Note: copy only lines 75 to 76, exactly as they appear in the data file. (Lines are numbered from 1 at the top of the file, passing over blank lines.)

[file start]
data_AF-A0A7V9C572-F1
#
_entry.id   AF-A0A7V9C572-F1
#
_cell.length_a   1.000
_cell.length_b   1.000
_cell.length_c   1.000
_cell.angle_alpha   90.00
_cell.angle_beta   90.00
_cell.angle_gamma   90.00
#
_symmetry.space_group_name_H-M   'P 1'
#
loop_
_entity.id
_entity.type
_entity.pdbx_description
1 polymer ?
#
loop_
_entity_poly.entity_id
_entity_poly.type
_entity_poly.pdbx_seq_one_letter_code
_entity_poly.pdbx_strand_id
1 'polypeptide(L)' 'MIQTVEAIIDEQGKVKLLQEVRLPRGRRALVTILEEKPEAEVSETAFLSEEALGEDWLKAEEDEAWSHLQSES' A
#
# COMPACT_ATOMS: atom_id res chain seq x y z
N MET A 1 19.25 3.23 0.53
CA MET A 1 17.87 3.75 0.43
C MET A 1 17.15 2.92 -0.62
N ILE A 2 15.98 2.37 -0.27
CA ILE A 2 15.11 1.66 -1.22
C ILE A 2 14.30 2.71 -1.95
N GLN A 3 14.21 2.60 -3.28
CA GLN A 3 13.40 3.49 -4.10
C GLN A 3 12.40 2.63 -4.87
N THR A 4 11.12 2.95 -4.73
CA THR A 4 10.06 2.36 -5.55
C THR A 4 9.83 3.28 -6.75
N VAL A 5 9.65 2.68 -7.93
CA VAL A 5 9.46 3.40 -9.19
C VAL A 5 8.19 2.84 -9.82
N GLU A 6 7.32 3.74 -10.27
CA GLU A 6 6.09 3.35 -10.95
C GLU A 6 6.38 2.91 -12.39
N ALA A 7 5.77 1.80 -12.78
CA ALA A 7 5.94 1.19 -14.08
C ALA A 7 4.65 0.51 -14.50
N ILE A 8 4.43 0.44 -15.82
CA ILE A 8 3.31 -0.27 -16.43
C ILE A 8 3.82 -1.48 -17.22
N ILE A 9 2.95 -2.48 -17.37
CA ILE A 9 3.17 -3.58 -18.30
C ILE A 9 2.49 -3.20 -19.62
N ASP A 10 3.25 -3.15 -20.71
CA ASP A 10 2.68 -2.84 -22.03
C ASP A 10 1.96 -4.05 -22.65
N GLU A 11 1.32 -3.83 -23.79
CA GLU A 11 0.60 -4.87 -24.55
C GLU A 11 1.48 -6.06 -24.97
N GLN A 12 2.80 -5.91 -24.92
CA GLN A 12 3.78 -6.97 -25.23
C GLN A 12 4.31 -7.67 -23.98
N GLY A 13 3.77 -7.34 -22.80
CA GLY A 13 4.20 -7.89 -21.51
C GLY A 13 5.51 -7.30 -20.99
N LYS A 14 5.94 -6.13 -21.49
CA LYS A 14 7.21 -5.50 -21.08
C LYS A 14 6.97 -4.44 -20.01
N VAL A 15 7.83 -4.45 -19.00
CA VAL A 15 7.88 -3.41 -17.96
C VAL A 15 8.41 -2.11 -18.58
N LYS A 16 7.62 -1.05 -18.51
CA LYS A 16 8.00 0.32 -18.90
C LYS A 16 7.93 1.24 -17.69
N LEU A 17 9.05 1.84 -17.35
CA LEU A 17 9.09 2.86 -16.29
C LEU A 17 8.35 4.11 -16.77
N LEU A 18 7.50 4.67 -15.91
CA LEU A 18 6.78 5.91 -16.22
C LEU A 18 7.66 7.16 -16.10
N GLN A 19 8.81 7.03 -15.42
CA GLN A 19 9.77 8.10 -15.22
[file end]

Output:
C LYS A 16 7.93 1.24 -17.69
N LEU A 17 9.05 1.84 -17.35